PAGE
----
There are, however, no historical evidences of the existence of Secret Masonry before 1717 although there has always been claims, later on, of Templar connection with Freemasonry. For instance, the short-lived “Strict Observance” Masonry claimed that fugitive Templars went to Scotland where they became associated with a guild of stonemasons. It is also believed that, before dying, Jacques de Molay named his successor as Grand Master of the Templar Order, Johannes Marcus Larmenius, and that after him there was an uninterrupted chain of successors. In summary the old relationship between the Templars and the Freemasons has been kept alive as an unproved concept.
The concept that the central purpose of Secret Masonry had been the protection of its members from discovery and punishment by the established church (the Roman Catholic Church) contrasts in some way with the arrival of the Reformation. The continuous existence of this secret society from the time of the Templars, at the beginning of the fourteenth century, to the time of King Henry VIII, at the beginning of the sixteenth century, could still be easily understood. But, why did the Secret Masonry have to wait until 1717 to become public whereas, with the Reformation, the Roman Catholic Church had lost all its influence in Britain? Henry Tudor, a Roman Catholic, became King of England under the name of Henry VII in 1485. His son, Henry VIII, succeeded him in 1509 and he married Catherine of Aragon who, unfortunately, could not give him a male heir. He asked the Pope’s authorisation to divorce Catherine after having been married eighteen years. The Pope Clement VII refused; Henry VIII decided to cut his relations with Rome and to create his own English (Anglican) Catholic Church under his authority. Between 1536 and 1539 the monasteries were dissolved, and most of their land was sold at low cost to the King’s followers. Henry VIII died in 1547. It was his son, Edward VI, who opened the door to the Protestant Reformation in Britain. Henry VIII’s daughter, Mary Tudor, followed Edward on the throne in 1553. She left the monastic land in the hands of the Lords but she reintroduced the Roman Catholic religion in Britain under Rome’s authority. She is responsible for the death of more than three hundred Anglicans in three years. Elizabeth I, her sister, followed her on the throne of England in 1558 and she soon restored the Anglican Church power in England and cut anew the link with the papacy. King Philip of Spain wanted to conquer England and bring it back within the Catholic Church, but his Spanish Armada was defeated in 1558. Elizabeth’s authority was restored and the Anglican Church was unchallenged again. The Jesuit order tried to replace her but without success; it reinforced the Protestant movement in England. Elisabeth I died in 1603 leaving the Roman Catholic subdued, the Anglican Catholic in control of the court, and the new Protestants (Puritans, Presbyterians, etc.) on the rise. James I who was also king of Scotland under the name of James VI followed her. The translation of the Bible into English that he authorised is known as the “King James Version”, a best seller even now, although it enhanced the cause of Protestantism against his own wishes. King Charles I, who was married to the Catholic Princess Henrietta Maria of France, followed him in 1625. He was considered inefficient, and this led to a revolution in 1642 with, on one side, the King backed by the church, Oxford University and the rural gentry and, on the other, the Parliament that had the backing of the rich trading cities of the south. The leader of the parliamentary forces, led by Oliver Cromwell, defeated the royal forces in 1646. Charles was tried and condemned to death. He was beheaded on 30 January 1649. The Commons voted to abolish monarchy and Charles I’s heir, Charles II had to live in exile in France. England was by now a Puritan country.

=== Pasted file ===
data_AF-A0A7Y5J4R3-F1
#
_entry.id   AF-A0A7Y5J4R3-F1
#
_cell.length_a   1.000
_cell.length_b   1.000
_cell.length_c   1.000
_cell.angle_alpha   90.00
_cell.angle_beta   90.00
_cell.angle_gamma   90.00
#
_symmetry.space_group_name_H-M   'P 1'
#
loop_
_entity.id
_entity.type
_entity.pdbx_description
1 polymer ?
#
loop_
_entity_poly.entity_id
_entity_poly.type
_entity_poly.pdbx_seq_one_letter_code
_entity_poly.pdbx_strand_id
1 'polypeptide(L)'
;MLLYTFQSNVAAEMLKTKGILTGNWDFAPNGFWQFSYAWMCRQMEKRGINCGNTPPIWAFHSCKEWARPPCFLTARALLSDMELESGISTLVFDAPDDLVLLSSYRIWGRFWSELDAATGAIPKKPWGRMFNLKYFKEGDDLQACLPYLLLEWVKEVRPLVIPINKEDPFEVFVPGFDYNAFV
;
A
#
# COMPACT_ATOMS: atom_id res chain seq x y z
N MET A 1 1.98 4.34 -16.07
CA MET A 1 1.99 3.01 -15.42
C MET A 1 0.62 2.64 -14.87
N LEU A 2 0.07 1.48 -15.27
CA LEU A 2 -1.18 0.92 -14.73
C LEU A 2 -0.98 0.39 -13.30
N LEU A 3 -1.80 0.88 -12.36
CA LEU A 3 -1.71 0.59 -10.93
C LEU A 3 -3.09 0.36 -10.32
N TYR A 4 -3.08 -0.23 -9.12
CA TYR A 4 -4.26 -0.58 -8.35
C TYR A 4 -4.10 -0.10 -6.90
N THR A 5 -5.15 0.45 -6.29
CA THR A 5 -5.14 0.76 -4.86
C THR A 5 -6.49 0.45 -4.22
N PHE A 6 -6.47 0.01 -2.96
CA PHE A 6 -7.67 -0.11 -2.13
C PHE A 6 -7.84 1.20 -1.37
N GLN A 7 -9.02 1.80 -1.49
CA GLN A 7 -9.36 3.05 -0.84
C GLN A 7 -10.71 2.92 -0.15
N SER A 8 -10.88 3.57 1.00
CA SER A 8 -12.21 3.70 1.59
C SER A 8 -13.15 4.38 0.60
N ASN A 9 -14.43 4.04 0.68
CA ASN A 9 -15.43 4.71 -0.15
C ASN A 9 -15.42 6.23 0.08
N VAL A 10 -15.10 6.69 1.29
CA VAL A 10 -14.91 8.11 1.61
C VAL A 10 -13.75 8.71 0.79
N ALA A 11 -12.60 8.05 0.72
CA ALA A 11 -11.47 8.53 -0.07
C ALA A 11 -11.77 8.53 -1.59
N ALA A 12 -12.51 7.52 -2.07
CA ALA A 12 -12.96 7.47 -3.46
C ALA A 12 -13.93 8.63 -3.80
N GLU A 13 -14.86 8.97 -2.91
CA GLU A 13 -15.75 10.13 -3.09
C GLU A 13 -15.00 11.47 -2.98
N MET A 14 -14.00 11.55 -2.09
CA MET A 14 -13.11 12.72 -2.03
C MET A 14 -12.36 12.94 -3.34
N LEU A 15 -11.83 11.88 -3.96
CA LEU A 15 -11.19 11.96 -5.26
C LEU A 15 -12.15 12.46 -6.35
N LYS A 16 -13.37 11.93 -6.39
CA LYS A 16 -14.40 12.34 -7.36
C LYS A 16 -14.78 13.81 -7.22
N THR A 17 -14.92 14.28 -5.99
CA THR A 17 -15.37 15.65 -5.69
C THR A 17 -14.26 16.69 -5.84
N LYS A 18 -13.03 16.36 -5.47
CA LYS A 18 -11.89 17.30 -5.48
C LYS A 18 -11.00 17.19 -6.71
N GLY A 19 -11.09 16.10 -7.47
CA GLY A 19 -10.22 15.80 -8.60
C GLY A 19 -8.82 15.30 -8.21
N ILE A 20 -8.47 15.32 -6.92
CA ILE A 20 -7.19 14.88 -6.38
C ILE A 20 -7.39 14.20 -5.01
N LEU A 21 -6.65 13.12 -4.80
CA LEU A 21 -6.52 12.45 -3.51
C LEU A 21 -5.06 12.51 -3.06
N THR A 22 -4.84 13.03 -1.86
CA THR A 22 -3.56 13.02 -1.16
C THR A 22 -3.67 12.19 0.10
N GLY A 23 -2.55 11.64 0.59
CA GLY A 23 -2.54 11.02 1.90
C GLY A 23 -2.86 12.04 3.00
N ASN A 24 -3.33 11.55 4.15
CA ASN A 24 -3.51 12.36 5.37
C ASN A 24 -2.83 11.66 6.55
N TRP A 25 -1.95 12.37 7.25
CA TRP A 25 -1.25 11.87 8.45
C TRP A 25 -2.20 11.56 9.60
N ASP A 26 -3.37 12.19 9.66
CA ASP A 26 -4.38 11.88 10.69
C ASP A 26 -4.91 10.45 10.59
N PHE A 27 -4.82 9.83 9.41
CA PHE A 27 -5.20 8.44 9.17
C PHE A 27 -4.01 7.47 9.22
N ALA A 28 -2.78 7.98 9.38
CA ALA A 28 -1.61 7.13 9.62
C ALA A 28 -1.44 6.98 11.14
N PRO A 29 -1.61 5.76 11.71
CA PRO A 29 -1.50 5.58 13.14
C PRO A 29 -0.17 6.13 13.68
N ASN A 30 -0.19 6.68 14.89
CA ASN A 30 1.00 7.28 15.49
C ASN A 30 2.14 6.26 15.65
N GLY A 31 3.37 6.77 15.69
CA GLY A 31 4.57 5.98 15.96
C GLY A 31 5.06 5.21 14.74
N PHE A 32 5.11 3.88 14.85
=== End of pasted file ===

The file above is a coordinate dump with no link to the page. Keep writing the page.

Oliver Cromwell, the Lord Protector, ruled as a dictator from 1653 until his death in 1658. His son, Richard Cromwell, followed him but he was inefficient and the army removed him in 1660. Charles II, a secret Catholic, was asked to come back to rule England and this he did with moderation and intelligence. Charles II died in 1685 and he was followed by his brother, James II, a devout Catholic who appointed many Catholics in the army, in the civil service and in the government.
The existence of Freemasonry during Charles II’s reign is well documented and his successor, James II, was one of their members. James II had a son in 1688, but the Protestant leaders imposed his older daughter, Mary, and her husband, William of Orange, a leader of the Protestant Dutch, as joint-heirs to the throne. In 1701 a law imposed that only members of the Church of England could go on the British throne. A religious settlement was also included that gave limited freedom of religious worship to non-Anglican Protestants. This was the end of the divine right of the kings of England, and the triumph of the parliament who could decide who would occupy the throne. In 1701 the throne passed to Anne, Protestant daughter of James II, who had seventeen pregnancies and no living child. During her reign the Royal Society flourished, Freemasonry grew and, in 1707, the Act of Union between England and Scotland was signed and Great Britain was born. In 1714 George I became King of Britain. He was the son of Sophia, a granddaughter of James I, who was married to the elector of Hanover. He was the founder of the Hanoverian dynasty, he never bothered to learn English, and he spent more time in Germany than in London but it did not mattered anymore as the country was ruled by Parliament. There were some plots to restore the Catholic Church in Britain but they all failed. Freemasonry had no more need for secrecy, no reason to hide from the establishment or plot against it. Freemasonry had become the establishment, and in 1717 it became public.